SiteMapNihongo
 Japanese American National Museum
Events Calendar

Film Screenings Past Events

 

Saturday, May 14, 2016
2:00 PM

Film Screening—Toyo Miyatake: Infinite Shades of Gray

events/Toyo-Miyatake-Infinite-Shades-of-Gray-DVDcover.jpg

FREE

A screening of the award-winning film by JANM’s own Watase Media Arts Center about renowned photographer Toyo Miyatake. Miyatake’s thriving practice as a Little Tokyo–based portrait and art photographer was put on pause when he was incarcerated during World War II. However, smuggling a lens and film holder into camp, Miyatake made history by becoming one of the first to photograph the Japanese American concentration camp experience from the inside. Introduced by Making Waves curator Dennis Reed.

This film is available at the JANM Store.

Read an interview with filmmakers Karen Ishizuka and Robert Nakamura about the film and Toyo Miyatake on Discover Nikkei.

Saturday, April 2, 2016
2:00 PM

Film Screening and Panel Discussion—The Empty Chair

events/Empty-Chair-John-Tanaka-in-uniform-300px.jpg

In 1942, Alaska native John Tanaka was going to be the valedictorian of his high school graduating class, but was scheduled to be incarcerated by the U.S. government before the ceremony could take place. In response, the Juneau school board voted to hold a special early graduation ceremony for him. When the official ceremony was held for the class of ’42, they set aside an empty chair on the platform to acknowledge Tanaka’s absence. Tanaka went on to volunteer for service in the all-Japanese American 442 Regimental Combat Team while his family remained in an American concentration camp.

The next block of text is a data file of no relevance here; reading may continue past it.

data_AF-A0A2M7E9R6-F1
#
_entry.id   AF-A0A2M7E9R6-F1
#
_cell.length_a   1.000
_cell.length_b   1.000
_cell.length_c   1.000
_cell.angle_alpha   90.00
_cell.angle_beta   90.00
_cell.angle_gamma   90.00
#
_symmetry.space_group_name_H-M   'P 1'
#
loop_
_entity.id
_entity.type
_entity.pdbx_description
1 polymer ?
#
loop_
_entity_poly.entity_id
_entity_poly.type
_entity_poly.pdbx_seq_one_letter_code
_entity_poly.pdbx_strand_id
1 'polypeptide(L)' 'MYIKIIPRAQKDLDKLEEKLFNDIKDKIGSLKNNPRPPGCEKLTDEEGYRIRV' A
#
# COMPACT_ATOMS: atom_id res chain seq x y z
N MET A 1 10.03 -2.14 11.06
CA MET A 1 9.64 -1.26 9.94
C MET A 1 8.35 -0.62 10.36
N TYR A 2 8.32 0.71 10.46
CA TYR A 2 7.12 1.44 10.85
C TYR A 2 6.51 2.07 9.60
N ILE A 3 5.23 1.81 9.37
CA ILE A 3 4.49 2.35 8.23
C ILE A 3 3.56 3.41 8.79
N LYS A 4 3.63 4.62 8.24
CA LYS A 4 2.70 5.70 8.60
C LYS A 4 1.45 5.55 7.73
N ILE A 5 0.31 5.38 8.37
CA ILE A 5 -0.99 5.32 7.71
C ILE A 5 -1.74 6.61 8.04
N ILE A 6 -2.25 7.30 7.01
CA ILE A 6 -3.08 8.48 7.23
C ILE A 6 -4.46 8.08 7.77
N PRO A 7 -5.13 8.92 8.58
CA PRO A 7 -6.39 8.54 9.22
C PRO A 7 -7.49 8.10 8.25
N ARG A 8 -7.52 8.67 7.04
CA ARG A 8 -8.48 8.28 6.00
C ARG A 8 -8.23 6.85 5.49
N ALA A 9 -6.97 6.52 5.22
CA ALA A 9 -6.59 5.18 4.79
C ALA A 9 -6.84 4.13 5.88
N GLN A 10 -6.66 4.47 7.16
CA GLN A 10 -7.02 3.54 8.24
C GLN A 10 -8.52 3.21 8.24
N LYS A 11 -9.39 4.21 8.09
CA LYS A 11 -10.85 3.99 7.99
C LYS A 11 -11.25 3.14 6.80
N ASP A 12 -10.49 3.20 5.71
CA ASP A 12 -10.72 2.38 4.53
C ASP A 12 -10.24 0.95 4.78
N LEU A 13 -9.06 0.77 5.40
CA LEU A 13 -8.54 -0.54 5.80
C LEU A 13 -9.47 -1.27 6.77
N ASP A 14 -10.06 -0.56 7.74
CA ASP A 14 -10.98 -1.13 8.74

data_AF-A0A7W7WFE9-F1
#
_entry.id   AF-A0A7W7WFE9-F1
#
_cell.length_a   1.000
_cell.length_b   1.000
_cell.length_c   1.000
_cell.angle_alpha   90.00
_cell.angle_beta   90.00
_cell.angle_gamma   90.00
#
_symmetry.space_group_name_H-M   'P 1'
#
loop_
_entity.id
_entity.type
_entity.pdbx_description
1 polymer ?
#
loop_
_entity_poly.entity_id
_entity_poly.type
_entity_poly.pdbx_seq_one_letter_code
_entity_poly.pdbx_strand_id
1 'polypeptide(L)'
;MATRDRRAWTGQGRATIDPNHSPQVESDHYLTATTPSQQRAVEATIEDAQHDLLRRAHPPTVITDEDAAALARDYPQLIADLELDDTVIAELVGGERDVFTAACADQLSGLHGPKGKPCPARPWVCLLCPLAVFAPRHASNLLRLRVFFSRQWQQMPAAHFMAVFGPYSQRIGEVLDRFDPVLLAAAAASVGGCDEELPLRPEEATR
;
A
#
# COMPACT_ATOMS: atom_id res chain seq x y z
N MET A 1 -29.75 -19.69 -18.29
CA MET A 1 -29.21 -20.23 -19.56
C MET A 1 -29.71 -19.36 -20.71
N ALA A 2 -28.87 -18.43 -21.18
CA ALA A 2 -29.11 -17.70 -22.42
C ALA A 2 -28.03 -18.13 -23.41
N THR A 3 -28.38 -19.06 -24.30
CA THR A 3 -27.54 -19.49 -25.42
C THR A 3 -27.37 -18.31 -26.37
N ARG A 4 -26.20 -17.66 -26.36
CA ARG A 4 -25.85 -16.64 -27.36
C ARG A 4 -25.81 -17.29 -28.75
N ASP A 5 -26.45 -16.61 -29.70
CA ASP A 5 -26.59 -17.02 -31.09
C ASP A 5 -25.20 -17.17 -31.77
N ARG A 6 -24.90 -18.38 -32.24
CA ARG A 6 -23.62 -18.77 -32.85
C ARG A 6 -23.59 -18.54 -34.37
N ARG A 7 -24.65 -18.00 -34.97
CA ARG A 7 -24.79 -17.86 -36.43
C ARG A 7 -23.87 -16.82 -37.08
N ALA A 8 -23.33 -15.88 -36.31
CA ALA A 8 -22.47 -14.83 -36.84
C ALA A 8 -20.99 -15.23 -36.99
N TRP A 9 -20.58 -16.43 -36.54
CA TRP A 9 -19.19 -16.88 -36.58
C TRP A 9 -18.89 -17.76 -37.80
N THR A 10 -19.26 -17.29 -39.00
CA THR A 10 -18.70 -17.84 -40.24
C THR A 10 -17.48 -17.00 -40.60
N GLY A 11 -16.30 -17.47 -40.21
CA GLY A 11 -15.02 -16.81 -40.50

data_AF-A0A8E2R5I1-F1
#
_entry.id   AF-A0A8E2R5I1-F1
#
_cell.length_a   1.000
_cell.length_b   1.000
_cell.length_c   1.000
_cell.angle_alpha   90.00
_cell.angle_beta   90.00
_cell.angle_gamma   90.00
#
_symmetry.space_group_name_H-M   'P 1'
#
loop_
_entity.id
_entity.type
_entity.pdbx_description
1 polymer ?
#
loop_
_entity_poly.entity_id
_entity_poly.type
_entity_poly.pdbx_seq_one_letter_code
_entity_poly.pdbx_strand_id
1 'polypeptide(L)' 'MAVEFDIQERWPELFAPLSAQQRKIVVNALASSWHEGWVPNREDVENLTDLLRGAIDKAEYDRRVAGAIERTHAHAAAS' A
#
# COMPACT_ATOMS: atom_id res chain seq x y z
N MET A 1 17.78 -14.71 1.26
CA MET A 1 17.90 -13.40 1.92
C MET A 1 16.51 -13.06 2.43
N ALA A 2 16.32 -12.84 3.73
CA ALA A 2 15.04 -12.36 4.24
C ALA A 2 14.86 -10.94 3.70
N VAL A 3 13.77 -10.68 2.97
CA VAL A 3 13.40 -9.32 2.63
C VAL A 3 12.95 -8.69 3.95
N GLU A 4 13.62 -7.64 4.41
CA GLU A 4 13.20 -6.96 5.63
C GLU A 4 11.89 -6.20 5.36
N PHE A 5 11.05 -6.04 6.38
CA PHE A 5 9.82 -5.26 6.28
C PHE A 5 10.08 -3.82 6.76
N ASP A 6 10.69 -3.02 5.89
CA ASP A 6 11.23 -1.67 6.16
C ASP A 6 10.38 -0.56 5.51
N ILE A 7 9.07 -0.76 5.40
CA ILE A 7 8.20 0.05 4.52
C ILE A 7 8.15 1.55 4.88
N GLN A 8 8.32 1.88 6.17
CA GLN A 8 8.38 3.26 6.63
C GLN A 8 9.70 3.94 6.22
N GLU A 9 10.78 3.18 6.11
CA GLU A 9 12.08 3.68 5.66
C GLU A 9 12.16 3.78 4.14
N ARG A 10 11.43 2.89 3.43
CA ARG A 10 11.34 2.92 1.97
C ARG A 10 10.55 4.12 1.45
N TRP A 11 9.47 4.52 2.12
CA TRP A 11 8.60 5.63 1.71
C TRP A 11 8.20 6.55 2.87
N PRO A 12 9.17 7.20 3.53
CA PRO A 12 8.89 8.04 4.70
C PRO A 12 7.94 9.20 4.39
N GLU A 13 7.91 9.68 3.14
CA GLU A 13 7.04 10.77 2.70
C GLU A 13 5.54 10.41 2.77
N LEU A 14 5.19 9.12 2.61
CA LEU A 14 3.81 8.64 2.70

The Empty Chair is a unique documentary film composed of interviews of survivors from that period, rare historical photos, never-before-seen archival footage, U.S. government documentaries, and historical accounts. All of these sources are woven together to draw the viewer back into this little-known chapter of American history. Panel with the filmmakers to follow the screening.

Free with museum admission. RSVPs are recommended using the link below.

Read more about this film on Discover Nikkei.

Saturday, March 26, 2016
2:00 PM

Film Screening and Panel Discussion—To Climb a Gold Mountain

events/ToClimbaGoldMountain-cropped-300px.jpg

In honor of Women’s History Month, JANM presents To Climb a Gold Mountain (2015), a documentary that tells the story of Los Angeles through the eyes of four immigrant Chinese women.

Covering a span of 160 years, each woman featured in the film faced a different set of challenges, fighting in her own unique way to make a difference. Included are Anna May Wong, a groundbreaking actress who achieved success and fame, and Sing Ye, a little-known prostitute who lived in the 1800s and fought for freedom.

A thought-provoking film, To Climb a Gold Mountain seeks to address contemporary issues of immigration, violence against women, and cross-cultural relations by reflecting on the struggles of the past. Panel discussion with the filmmakers to follow the screening.

Free with museum admission. RSVPs are recommended using the link below.

Sunday, February 28, 2016
2:00 PM

Film Screening—Copyright: Leonard Frank and The War Between Us

events/TheWarBetweenUs.jpg

In conjunction with Two Views, JANM will screen a short documentary on Leonard Frank and a feature-length drama set against the Japanese Canadian incarceration.